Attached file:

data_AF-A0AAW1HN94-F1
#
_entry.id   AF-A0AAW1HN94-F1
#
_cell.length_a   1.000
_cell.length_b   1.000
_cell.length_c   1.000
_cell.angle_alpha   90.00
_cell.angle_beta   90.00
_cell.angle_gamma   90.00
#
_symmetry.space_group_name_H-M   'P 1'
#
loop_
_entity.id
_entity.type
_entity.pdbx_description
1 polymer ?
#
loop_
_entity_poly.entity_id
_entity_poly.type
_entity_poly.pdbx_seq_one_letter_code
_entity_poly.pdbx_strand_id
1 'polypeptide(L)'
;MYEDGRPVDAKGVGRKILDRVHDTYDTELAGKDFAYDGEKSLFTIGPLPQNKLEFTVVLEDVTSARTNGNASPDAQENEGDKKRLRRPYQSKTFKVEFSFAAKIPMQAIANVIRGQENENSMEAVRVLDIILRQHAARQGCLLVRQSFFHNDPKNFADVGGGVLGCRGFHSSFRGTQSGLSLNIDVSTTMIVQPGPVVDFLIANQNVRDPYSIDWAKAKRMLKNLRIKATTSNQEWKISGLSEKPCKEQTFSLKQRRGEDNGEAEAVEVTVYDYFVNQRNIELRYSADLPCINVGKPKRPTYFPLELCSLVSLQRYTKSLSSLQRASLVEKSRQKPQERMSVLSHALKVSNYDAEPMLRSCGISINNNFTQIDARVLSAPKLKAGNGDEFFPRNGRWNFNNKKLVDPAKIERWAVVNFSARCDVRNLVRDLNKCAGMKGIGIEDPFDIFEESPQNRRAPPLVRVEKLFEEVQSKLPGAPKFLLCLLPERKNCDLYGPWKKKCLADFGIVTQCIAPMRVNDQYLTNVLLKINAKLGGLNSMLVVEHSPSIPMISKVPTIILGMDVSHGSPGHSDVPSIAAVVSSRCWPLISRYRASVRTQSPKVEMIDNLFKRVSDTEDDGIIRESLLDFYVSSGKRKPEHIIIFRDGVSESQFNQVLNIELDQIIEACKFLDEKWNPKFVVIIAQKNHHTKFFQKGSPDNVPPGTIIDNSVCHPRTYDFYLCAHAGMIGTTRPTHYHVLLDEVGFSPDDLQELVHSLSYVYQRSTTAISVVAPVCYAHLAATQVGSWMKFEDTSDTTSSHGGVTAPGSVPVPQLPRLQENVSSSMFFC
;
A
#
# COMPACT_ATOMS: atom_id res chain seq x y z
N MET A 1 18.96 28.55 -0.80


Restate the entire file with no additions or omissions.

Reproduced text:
data_AF-A0AAW1HN94-F1
#
_entry.id   AF-A0AAW1HN94-F1
#
_cell.length_a   1.000
_cell.length_b   1.000
_cell.length_c   1.000
_cell.angle_alpha   90.00
_cell.angle_beta   90.00
_cell.angle_gamma   90.00
#
_symmetry.space_group_name_H-M   'P 1'
#
loop_
_entity.id
_entity.type
_entity.pdbx_description
1 polymer ?
#
loop_
_entity_poly.entity_id
_entity_poly.type
_entity_poly.pdbx_seq_one_letter_code
_entity_poly.pdbx_strand_id
1 'polypeptide(L)'
;MYEDGRPVDAKGVGRKILDRVHDTYDTELAGKDFAYDGEKSLFTIGPLPQNKLEFTVVLEDVTSARTNGNASPDAQENEGDKKRLRRPYQSKTFKVEFSFAAKIPMQAIANVIRGQENENSMEAVRVLDIILRQHAARQGCLLVRQSFFHNDPKNFADVGGGVLGCRGFHSSFRGTQSGLSLNIDVSTTMIVQPGPVVDFLIANQNVRDPYSIDWAKAKRMLKNLRIKATTSNQEWKISGLSEKPCKEQTFSLKQRRGEDNGEAEAVEVTVYDYFVNQRNIELRYSADLPCINVGKPKRPTYFPLELCSLVSLQRYTKSLSSLQRASLVEKSRQKPQERMSVLSHALKVSNYDAEPMLRSCGISINNNFTQIDARVLSAPKLKAGNGDEFFPRNGRWNFNNKKLVDPAKIERWAVVNFSARCDVRNLVRDLNKCAGMKGIGIEDPFDIFEESPQNRRAPPLVRVEKLFEEVQSKLPGAPKFLLCLLPERKNCDLYGPWKKKCLADFGIVTQCIAPMRVNDQYLTNVLLKINAKLGGLNSMLVVEHSPSIPMISKVPTIILGMDVSHGSPGHSDVPSIAAVVSSRCWPLISRYRASVRTQSPKVEMIDNLFKRVSDTEDDGIIRESLLDFYVSSGKRKPEHIIIFRDGVSESQFNQVLNIELDQIIEACKFLDEKWNPKFVVIIAQKNHHTKFFQKGSPDNVPPGTIIDNSVCHPRTYDFYLCAHAGMIGTTRPTHYHVLLDEVGFSPDDLQELVHSLSYVYQRSTTAISVVAPVCYAHLAATQVGSWMKFEDTSDTTSSHGGVTAPGSVPVPQLPRLQENVSSSMFFC
;
A
#
# COMPACT_ATOMS: atom_id res chain seq x y z
N MET A 1 18.96 28.55 -0.80